Supernova's super dust factory imaged with ALMA
Striking new observations with the Atacama Large Millimeter/submillimeter Array telescope capture, for the first time, the remains of a recent supernova brimming with freshly formed dust.

Worker wasps grow visual brains, queens stay in the dark
A queen in a paperwasp colony largely stays in the dark.

The University of Miami Sue and Leonard Miller Center for Contemporary Judaic Studies celebrates the 2013 edition of 'The American Jewish Yearbook'
The University of Miami Sue and Leonard Miller Center for Contemporary Judaic Studies and the George Feldenkreis Program in Judaic Studies in the College of Arts and Sciences announce the printing of the 2013 edition of

Nanoplasmonics: Towards efficient light harvesting
Recently, the emergence of a design strategy called transformation optics has provided a completely new way to control light on all length scales, opening new doors to many unprecedented optical functions.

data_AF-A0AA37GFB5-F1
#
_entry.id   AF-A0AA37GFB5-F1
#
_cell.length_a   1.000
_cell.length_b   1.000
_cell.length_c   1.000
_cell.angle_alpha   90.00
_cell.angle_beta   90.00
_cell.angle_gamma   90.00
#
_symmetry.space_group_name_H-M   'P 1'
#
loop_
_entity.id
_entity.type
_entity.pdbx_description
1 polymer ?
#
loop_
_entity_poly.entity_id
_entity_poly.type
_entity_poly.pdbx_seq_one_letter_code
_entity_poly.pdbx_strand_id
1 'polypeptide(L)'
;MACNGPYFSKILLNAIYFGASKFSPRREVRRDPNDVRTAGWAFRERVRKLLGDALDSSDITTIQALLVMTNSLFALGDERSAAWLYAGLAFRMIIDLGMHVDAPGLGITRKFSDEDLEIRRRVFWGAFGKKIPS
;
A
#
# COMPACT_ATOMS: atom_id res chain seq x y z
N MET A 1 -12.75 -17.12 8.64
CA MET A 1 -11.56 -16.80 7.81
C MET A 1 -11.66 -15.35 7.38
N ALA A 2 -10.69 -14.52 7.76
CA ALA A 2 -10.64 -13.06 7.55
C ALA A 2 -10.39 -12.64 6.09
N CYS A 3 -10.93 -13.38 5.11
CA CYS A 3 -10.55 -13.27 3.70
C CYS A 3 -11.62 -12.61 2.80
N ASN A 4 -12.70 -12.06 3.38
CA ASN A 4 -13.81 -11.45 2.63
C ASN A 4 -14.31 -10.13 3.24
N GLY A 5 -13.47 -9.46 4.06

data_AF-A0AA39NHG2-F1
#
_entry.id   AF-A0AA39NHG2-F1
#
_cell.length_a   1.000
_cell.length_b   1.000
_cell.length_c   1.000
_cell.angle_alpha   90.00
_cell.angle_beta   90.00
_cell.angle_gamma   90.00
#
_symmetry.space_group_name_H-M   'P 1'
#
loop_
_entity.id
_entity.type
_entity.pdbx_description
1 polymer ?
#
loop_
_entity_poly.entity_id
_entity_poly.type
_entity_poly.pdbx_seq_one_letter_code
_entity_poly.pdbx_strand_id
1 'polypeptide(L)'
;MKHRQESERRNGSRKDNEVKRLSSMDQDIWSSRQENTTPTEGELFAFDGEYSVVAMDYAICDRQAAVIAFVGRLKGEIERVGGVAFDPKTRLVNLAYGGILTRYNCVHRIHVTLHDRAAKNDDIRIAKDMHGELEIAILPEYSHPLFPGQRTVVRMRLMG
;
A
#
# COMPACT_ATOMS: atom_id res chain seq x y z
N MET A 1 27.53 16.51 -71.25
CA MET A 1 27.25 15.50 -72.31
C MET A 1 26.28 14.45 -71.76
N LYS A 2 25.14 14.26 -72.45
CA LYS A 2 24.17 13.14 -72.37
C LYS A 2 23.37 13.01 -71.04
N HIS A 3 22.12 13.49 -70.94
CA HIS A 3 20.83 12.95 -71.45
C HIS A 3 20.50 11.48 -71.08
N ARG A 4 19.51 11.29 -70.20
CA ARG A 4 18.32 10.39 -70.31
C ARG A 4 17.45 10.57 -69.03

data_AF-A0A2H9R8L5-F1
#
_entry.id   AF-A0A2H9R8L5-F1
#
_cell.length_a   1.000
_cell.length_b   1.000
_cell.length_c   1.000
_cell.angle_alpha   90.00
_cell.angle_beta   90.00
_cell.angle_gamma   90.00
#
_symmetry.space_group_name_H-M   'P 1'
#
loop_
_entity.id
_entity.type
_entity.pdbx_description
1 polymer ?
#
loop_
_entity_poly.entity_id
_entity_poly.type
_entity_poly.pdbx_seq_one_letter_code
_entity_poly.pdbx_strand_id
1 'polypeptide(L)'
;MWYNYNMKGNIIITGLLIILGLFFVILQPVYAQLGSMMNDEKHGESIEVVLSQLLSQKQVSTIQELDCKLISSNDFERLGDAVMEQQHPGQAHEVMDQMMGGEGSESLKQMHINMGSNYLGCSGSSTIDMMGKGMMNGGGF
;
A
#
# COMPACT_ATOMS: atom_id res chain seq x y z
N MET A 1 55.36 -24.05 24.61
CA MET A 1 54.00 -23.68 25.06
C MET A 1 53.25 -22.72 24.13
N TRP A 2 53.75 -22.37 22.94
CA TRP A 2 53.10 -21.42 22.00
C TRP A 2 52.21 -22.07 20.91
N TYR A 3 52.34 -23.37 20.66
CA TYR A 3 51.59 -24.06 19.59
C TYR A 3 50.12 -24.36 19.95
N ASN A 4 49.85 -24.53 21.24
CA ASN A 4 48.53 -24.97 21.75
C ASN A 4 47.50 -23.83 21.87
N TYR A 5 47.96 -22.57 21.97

Biomaterials get stem cells to commit to a bony future
With the help of biomimetic matrices, a research team led by bioengineers at the University of California, San Diego has discovered exactly how calcium phosphate can coax stem cells to become bone-building cells.

Out-of-pocket costs play major role in treatment adherence for cancer patients
The cost of insurance co-payments for cutting-edge pharmaceuticals can vary widely from patient to patient.

Erythropoietin and the regulation of cancer stem cell growth and survival
In this paper, the authors show evidence indicating the presence of autocrine/paracrine EPO in the conditioned medium of cultured breast cancer cells and a functional role of an EPO-EPOR autocrine/paracrine loop in regulating tumor cell invasion and migration, and the stem-ness of breast cancer cells.

Self-driving vehicles offer potential benefits, policy challenges for lawmakers
Self-driving vehicles offer the promise of significant benefits, but raise several policy challenges, including the need to update insurance liability regulations and privacy concerns.

New compounds discovered that are hundreds of times more mutagenic